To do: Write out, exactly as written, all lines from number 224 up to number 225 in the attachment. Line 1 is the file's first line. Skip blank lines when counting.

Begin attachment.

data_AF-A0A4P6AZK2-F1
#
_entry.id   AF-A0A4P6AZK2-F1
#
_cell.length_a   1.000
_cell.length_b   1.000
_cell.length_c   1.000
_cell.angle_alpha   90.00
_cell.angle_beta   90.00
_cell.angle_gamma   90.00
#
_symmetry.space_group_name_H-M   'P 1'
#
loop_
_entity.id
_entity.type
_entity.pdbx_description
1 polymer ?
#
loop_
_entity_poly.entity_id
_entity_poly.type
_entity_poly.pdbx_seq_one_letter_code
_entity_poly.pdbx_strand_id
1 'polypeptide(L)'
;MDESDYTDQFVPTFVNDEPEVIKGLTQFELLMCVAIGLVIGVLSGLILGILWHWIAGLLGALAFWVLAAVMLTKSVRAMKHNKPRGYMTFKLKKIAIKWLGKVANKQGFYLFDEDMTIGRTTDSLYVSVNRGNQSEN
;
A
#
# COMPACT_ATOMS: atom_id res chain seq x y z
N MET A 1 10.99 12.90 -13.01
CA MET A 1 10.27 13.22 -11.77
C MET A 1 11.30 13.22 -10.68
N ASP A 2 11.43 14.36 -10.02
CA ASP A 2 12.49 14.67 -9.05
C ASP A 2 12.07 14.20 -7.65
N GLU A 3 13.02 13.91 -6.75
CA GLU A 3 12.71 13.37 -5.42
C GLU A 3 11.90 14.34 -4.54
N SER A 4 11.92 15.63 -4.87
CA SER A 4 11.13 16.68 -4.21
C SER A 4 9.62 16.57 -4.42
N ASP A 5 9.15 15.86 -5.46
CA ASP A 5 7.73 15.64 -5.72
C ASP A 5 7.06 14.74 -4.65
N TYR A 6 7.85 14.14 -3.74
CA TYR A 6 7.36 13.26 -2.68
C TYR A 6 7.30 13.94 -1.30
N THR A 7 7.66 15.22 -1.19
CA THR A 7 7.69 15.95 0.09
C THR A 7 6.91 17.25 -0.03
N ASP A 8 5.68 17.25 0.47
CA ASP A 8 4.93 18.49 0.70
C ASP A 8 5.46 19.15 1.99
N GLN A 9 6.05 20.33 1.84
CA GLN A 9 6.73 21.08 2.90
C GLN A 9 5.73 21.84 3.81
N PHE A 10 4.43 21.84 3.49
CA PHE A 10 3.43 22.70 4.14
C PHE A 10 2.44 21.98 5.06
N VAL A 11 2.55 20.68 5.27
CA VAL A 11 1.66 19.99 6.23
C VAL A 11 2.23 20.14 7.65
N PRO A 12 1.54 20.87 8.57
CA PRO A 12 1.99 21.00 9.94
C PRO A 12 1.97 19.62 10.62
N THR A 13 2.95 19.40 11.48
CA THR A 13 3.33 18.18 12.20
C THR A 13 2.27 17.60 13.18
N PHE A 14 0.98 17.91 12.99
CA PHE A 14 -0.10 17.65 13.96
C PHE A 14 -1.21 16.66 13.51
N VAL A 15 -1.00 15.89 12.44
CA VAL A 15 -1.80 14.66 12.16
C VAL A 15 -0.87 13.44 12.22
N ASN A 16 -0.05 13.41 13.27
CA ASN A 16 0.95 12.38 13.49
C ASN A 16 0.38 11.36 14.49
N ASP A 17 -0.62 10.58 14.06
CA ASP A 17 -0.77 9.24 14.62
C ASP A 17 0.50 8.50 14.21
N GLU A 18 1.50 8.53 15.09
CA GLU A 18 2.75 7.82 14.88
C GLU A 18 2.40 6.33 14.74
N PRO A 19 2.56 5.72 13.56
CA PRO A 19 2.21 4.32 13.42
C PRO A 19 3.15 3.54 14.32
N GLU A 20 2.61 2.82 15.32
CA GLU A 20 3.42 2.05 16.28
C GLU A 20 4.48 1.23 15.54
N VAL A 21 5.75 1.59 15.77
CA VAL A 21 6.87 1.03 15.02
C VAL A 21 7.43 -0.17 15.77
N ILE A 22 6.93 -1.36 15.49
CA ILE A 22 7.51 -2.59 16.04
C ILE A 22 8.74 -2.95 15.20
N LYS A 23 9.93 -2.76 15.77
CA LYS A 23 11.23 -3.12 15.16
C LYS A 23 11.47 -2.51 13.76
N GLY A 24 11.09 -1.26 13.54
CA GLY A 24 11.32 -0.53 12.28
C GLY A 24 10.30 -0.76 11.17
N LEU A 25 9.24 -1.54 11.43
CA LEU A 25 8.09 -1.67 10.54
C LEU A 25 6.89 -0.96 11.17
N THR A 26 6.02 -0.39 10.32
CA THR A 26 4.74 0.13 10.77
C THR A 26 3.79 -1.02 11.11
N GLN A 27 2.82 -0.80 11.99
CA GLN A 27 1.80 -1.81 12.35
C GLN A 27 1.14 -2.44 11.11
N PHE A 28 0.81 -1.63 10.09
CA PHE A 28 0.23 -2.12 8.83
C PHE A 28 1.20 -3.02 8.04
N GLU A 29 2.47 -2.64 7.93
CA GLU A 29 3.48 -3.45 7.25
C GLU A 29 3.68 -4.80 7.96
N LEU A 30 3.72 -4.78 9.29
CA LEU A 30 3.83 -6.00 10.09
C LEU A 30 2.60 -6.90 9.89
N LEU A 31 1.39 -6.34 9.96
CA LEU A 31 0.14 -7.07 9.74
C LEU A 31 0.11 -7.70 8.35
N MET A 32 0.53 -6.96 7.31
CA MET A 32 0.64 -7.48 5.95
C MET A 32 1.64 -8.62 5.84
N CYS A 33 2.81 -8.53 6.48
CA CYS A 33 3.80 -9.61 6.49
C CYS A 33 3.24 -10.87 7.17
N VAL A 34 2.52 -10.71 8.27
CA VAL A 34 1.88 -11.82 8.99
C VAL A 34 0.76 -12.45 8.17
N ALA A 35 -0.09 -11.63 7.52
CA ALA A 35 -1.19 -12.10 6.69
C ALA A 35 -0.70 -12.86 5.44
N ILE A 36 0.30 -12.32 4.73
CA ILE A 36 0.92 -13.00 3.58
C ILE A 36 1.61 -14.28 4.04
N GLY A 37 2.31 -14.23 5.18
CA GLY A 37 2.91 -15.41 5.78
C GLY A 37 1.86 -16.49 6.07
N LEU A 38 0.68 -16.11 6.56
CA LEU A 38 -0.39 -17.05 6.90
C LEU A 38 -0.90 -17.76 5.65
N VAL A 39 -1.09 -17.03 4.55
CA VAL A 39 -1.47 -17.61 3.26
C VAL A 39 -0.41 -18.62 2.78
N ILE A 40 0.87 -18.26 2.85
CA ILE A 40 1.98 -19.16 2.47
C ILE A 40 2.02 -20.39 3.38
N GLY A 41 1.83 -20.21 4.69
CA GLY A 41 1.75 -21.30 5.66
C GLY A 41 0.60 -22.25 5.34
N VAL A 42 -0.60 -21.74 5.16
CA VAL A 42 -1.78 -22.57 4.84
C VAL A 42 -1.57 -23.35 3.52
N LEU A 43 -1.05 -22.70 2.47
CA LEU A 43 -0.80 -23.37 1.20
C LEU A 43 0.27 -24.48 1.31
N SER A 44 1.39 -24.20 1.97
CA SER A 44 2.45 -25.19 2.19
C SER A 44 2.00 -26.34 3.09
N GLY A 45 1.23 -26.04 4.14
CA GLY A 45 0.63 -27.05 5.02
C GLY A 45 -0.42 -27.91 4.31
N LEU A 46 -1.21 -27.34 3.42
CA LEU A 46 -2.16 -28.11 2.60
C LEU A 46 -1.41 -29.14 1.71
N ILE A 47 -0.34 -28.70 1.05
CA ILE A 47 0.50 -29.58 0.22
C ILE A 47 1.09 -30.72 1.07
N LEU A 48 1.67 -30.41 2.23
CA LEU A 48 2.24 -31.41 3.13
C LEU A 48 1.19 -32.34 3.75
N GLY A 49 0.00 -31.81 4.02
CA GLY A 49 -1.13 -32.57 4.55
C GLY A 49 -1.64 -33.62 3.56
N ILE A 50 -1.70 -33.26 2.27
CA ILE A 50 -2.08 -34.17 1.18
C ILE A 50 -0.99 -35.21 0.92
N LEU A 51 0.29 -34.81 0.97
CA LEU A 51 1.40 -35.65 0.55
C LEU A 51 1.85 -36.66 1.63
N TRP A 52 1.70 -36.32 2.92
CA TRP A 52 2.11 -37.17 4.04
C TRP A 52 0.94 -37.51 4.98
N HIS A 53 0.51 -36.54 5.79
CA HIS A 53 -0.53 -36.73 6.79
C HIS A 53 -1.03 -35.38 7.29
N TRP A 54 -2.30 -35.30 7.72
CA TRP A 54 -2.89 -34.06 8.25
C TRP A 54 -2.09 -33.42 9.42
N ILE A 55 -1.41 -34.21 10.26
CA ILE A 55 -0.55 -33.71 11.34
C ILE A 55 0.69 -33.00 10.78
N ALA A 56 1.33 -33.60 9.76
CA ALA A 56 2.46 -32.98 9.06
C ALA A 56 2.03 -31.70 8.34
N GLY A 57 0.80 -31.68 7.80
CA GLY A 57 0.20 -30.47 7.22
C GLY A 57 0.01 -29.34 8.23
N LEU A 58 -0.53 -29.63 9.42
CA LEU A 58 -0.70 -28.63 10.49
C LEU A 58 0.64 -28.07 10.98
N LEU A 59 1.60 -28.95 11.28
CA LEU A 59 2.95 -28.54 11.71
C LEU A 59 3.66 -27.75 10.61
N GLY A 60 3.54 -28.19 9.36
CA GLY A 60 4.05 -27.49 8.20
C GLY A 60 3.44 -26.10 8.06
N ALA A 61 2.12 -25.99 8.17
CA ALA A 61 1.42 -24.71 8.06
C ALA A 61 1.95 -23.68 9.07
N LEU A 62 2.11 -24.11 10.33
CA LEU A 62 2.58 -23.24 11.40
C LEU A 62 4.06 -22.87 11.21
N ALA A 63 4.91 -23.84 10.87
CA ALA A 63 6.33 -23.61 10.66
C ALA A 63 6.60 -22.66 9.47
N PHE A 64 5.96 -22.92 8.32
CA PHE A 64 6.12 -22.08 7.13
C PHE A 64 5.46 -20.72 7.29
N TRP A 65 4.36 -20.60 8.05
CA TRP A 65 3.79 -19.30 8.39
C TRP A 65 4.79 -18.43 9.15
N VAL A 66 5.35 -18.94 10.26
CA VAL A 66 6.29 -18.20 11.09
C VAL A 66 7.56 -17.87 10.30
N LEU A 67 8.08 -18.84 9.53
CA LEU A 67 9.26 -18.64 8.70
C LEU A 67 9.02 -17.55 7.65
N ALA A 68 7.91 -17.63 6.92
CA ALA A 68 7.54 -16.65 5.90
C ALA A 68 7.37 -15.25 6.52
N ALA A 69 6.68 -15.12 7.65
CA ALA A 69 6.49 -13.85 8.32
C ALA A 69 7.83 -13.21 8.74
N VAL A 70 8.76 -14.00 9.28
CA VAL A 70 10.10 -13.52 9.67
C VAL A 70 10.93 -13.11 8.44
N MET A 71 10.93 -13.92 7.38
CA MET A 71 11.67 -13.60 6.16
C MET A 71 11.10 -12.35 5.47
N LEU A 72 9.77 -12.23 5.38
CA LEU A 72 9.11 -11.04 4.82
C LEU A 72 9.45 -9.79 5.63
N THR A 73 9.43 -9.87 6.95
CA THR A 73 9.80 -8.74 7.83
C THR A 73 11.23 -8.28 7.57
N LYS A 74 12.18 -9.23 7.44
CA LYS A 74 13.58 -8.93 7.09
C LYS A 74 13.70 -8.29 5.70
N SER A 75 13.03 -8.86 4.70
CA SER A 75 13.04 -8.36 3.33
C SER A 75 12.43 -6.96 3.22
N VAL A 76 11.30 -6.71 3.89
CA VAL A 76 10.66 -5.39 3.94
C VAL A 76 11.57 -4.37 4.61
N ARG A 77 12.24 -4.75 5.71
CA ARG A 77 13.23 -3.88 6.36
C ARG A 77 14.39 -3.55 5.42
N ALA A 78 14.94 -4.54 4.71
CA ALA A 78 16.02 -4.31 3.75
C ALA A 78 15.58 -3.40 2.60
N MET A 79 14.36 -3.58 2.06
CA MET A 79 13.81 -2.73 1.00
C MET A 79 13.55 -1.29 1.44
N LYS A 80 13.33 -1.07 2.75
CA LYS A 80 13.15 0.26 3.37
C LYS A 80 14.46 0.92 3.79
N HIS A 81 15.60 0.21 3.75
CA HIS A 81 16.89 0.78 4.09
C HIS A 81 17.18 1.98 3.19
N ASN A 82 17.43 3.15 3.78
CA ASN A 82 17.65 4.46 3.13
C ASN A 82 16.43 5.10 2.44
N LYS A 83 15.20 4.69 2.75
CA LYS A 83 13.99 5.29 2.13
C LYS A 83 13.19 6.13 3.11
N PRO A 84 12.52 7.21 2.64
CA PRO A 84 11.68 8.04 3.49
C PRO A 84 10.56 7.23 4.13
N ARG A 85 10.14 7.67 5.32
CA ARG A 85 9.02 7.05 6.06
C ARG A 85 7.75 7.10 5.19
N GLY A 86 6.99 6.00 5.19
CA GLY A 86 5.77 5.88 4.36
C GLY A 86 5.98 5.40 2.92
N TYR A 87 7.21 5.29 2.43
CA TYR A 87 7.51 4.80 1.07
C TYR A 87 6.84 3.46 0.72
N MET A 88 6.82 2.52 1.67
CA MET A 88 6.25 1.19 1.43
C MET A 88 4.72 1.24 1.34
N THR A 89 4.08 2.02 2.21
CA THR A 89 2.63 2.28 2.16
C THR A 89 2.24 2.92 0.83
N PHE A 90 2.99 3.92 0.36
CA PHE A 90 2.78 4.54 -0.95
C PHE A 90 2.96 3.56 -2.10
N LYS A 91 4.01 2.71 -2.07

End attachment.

CA TRP A 65 3.79 -19.30 8.39
C TRP A 65 4.79 -18.43 9.15